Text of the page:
Anger is a normal human emotion experienced by people from all walks of life and all professions. It is primitive and all-pervasive. Nobody can prevent the onslaught of anger. Being in the medical profession is not a ticket to an anger-free life. Physicians experience anger as much as their patients.
It is a long hard road from high school to medical college. This road is paved with pebbles, stones and big fat boulders. Medical school students go through a whole lot of stuff before they become full-fledged practicing physicians. Arduous examinations and demanding internships are just the beginning. Even seasoned physicians experience rage when faced with situations beyond their control.
The medical workplace is charged with injury, disappointment, hope, relief and death. In a place that’s so highly strung with emotions, anger is bound to make an appearance. Normally, physicians work grueling hours at a stretch sometimes without a break. Most of them are on call 24/7. Personal life often takes a backseat. Stress builds up over time and ultimately gives way to anger and hostility.
Physician anger is a product of situations that are beyond their control. At an early stage in their career, physicians are trained to be detached, cool and clinical when it comes to dealing with patients. However, this makes it tough for patients to open up and express feelings. Numerous patients refuse treatment that could save their lives or make things better for them. This refusal stems out of ignorance and fear of the unknown. Physicians experience a sense of frustration when dealing with such patients. To make matters worse, physicians are always under pressure to save lives and mend life-threatening wounds. If things go wrong, irate patients and their families are ever willing to file malpractice suits. Some physicians face life and death situations everyday. In the worst of circumstances emotions are bottled up and kept carefully under wraps. This is bound to have some effect on the psyche of a physician.
Disruptive and disorderly behavior among physicians is becoming a frequent occurrence in medical workplaces. Physicians retaliate in several ways. Inattention to superiors and intimidation of those under their authority may be the early symptoms of anger in physicians. Unprofessional behavior, moodiness and failure to answer to calls may be a few other signals that something is amiss. As soon as these signals are evident, medical directors, partners and other personnel in authority must intervene before things get out-of -hand.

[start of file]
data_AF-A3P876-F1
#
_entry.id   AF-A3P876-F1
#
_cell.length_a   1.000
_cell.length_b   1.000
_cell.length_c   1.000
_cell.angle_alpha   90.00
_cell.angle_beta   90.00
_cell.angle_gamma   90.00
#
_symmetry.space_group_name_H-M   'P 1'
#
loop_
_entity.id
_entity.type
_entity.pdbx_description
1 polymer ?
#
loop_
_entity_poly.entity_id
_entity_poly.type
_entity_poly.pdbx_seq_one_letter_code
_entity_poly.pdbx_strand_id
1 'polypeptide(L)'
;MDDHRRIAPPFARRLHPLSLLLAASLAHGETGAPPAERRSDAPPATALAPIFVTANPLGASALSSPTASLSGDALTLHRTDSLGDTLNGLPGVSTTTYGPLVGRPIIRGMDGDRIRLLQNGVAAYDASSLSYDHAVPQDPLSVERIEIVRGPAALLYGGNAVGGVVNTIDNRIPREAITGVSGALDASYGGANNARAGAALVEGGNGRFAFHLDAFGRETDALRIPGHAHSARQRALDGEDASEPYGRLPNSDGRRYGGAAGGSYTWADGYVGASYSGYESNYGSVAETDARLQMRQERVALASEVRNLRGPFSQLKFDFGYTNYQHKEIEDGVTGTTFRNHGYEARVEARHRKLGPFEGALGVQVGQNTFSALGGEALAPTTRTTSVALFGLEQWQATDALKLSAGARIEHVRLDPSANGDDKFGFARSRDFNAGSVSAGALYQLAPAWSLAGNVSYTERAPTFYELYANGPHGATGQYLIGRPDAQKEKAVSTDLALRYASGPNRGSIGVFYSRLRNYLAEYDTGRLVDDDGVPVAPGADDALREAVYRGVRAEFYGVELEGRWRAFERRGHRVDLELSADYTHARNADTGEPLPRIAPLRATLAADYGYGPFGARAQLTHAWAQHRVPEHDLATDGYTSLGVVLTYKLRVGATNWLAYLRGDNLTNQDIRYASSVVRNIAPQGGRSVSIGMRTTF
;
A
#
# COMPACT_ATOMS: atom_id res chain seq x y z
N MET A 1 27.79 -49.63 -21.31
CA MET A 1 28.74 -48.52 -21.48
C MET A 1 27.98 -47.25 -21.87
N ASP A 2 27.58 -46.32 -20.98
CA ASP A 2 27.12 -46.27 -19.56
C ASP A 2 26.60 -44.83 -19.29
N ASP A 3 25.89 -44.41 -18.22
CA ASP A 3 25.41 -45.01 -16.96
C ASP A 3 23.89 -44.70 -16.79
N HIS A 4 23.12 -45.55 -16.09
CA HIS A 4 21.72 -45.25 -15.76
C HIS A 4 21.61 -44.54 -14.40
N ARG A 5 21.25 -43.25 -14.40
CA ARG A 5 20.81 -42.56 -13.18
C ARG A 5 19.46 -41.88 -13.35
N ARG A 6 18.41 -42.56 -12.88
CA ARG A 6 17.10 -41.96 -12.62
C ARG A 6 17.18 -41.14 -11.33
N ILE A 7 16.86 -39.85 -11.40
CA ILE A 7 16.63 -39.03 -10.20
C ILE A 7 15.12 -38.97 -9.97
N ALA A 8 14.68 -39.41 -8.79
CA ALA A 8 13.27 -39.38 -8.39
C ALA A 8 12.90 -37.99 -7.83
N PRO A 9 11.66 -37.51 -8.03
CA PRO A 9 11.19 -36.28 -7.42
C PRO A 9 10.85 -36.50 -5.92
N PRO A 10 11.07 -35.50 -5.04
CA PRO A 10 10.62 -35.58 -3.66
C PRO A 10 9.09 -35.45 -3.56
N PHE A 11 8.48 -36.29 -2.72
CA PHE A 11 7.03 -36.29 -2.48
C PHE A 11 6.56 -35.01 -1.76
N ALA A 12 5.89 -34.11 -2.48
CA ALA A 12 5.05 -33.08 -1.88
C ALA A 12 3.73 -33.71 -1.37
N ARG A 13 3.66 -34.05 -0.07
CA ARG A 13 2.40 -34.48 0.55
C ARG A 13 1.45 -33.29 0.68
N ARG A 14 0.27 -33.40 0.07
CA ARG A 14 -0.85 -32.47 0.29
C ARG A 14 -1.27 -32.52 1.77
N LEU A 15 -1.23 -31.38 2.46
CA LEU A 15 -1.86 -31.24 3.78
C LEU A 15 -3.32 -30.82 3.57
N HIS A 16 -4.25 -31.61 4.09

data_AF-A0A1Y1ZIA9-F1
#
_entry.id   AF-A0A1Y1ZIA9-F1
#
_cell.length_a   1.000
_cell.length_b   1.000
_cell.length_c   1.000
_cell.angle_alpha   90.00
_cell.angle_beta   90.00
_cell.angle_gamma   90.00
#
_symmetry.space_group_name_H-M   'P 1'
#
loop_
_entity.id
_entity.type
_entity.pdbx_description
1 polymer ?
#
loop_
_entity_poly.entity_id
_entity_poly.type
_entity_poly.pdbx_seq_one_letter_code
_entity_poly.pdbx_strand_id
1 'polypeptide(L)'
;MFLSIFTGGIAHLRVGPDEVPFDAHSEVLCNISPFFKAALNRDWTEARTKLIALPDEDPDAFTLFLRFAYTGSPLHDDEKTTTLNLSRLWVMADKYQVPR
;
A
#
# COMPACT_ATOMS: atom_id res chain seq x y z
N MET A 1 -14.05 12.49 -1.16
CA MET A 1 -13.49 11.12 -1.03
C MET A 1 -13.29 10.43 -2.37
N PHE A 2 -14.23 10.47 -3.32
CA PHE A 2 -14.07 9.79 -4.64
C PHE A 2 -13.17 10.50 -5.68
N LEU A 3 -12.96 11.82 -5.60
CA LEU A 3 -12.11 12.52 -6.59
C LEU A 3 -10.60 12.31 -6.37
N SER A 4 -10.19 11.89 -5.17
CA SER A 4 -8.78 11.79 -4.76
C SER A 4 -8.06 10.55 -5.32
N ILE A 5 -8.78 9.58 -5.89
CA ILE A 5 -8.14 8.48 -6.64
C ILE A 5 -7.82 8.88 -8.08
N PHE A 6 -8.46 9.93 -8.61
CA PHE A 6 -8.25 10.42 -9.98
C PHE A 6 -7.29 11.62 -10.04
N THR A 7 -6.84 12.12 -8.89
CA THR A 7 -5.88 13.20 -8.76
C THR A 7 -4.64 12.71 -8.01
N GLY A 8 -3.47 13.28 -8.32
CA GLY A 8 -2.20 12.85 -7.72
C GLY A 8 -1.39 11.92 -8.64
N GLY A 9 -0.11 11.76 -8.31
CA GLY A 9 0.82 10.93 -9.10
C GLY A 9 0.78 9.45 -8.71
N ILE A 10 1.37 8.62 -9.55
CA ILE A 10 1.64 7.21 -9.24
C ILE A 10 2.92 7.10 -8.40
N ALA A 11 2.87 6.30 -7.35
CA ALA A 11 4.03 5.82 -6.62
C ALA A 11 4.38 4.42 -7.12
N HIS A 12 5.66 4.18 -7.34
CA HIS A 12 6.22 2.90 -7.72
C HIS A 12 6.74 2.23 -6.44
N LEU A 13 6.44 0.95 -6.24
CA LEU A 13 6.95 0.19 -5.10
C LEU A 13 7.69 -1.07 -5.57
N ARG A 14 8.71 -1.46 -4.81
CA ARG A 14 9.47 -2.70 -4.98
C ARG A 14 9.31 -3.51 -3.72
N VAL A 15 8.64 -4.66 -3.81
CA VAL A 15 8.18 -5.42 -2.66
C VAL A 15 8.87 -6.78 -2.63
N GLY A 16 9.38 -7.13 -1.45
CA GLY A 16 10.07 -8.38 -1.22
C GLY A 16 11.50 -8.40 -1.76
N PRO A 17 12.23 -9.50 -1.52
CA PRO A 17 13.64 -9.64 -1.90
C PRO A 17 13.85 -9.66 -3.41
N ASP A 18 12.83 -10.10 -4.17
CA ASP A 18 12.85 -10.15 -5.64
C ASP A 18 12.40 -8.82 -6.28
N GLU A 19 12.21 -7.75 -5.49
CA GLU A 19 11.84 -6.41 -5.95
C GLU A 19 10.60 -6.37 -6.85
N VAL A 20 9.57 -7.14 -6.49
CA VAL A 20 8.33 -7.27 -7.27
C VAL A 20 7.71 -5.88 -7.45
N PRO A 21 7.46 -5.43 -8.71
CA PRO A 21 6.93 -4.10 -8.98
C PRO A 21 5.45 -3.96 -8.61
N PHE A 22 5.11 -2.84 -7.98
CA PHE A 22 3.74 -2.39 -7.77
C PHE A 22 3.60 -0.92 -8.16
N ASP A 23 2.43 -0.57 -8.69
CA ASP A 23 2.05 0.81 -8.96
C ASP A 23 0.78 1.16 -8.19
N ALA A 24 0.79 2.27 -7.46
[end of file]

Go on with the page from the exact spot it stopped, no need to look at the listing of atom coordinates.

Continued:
Dealing with Physician Anger: Physicians are generally resistant to any kind of proposed help and most often will not even be aware that something is wrong. Convincing a physician that all is not well with him requires patience, tact and sensitivity. However, when higher authorities intervene and give honest feedback, most physicians will accept that their behavior is not entirely normal. Once, this is accomplished they should be convinced to seek help through appropriate anger management programs. Medical supervisors and partners should assure the professional full support and co-operation in dealing with anger related issues. If the physician is overly hesitant about seeking help, emphasis should be made on the outcomes of his disruptive actions like loss of medical license and removal from duties. Monitoring the physician’s on-duty behavior by his colleagues is also an option.
Emotional Intelligence for Physician Anger: Physicians are taught to shield themselves against emotions at an early stage in their career. Experts say that this is the root cause for disruptive and abusive behavior among physicians. Pent-up emotions take a toll and result in chronic depression and frustration, in some cases violent outbursts of fury. Emotional Intelligence implies being aware, understanding and controlling your own emotions and those of others. If physicians are encouraged to express feelings and emotions, they’ll be more sensitive while dealing with patients and less prone to fits of anger. Developing emotional intelligence is the need of the hour to minimize physician anger.
Anger Management Institute of Texas’ Executive Coaching Program is utilized by management of accredited hospital/organizations for physicians displaying disruptive behaviors in the workplace.
Anger Management Institute of Texas is a certified Anderson & Anderson ® provider.
Gregory A. Kyles, M.A., LPC, CEAP, CAMF
Director, Anger Management Institute of Texas
Diplomate, President of Texas Chapter
American Association of Anger Management Providers